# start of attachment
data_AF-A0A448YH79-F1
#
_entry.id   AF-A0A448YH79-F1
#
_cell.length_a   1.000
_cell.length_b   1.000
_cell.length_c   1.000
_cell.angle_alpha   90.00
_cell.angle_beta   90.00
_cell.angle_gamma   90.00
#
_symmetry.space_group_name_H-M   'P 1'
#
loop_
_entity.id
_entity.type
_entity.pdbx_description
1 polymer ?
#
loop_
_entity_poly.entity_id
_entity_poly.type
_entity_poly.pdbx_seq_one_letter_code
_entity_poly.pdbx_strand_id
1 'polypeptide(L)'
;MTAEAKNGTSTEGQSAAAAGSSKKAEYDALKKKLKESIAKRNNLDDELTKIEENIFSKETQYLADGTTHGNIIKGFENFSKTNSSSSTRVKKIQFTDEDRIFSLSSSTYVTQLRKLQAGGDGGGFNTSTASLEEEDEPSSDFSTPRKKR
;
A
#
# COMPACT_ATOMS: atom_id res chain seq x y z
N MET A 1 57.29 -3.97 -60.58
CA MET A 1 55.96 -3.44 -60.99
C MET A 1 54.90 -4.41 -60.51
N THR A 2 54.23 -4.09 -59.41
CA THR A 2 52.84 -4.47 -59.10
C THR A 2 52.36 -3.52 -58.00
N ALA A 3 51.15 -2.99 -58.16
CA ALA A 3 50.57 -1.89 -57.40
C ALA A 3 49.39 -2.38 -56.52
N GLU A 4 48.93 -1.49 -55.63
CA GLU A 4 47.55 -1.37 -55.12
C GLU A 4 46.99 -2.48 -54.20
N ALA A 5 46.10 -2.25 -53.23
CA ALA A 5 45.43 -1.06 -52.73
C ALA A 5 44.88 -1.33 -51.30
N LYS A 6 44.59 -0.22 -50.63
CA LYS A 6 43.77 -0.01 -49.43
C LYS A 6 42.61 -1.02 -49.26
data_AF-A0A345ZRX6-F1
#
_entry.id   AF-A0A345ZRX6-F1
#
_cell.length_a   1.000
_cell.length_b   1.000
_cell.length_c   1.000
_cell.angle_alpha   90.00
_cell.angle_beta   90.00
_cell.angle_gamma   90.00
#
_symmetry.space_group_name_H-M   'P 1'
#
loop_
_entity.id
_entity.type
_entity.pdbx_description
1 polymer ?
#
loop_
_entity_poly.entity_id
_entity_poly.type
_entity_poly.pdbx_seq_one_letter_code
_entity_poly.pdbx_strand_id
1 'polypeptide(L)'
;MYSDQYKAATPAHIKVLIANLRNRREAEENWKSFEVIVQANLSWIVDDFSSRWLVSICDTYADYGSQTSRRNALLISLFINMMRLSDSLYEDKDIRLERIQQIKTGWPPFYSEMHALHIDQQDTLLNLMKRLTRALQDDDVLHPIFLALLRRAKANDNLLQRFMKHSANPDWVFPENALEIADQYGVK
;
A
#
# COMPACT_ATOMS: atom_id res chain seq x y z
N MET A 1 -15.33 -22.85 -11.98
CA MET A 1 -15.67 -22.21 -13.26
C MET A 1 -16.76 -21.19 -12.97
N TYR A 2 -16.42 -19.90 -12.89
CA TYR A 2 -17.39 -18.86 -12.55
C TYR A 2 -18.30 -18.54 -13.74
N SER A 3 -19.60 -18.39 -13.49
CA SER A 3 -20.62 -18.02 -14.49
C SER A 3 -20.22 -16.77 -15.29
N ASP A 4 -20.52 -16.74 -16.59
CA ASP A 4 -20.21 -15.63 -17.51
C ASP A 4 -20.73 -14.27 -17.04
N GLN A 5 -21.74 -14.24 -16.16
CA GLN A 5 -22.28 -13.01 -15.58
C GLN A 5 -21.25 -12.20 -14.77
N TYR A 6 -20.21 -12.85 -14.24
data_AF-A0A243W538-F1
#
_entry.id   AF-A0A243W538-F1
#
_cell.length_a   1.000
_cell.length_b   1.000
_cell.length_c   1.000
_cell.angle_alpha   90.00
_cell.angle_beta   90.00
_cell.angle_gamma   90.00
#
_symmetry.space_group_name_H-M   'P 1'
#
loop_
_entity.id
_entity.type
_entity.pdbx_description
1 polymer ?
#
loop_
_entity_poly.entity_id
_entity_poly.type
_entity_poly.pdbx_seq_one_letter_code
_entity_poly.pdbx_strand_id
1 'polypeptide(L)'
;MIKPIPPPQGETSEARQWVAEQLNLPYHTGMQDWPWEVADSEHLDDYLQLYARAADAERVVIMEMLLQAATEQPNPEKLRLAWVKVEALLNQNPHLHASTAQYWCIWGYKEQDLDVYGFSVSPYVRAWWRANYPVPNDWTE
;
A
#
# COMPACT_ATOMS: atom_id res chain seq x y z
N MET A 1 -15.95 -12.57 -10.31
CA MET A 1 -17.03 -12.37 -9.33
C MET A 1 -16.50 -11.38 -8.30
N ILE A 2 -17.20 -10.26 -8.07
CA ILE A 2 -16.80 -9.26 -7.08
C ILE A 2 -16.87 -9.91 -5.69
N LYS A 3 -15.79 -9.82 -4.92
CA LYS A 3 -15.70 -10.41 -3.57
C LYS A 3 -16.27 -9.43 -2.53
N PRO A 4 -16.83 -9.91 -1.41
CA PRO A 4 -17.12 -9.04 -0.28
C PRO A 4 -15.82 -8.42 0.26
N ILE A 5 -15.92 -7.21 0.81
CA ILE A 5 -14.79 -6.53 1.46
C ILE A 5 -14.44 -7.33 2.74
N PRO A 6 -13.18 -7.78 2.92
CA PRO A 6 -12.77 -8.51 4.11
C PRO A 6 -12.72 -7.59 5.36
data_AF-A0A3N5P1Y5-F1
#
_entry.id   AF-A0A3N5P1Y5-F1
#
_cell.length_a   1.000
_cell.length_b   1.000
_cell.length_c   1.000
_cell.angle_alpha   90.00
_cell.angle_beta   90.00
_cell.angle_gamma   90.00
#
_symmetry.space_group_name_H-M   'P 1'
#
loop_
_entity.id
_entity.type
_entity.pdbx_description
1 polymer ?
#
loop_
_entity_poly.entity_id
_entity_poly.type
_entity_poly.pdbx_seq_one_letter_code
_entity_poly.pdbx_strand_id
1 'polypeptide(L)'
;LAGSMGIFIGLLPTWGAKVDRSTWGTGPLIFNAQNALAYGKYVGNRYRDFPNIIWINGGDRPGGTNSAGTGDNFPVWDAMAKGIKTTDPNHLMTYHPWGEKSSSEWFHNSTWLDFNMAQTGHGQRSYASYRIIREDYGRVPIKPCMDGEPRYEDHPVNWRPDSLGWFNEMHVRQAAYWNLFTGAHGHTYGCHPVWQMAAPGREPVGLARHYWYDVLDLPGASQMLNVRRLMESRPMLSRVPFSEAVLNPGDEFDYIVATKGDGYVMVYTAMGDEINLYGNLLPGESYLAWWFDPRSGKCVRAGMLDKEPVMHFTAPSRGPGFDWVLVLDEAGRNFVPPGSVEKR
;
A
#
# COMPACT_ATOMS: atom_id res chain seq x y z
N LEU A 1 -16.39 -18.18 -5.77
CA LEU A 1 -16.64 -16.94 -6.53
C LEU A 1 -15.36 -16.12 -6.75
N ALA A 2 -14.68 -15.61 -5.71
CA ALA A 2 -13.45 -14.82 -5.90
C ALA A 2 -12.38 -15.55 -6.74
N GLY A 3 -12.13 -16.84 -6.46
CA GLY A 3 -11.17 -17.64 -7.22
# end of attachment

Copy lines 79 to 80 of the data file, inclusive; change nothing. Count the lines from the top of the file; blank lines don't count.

N MET A 1 -15.33 -22.85 -11.98
CA MET A 1 -15.67 -22.21 -13.26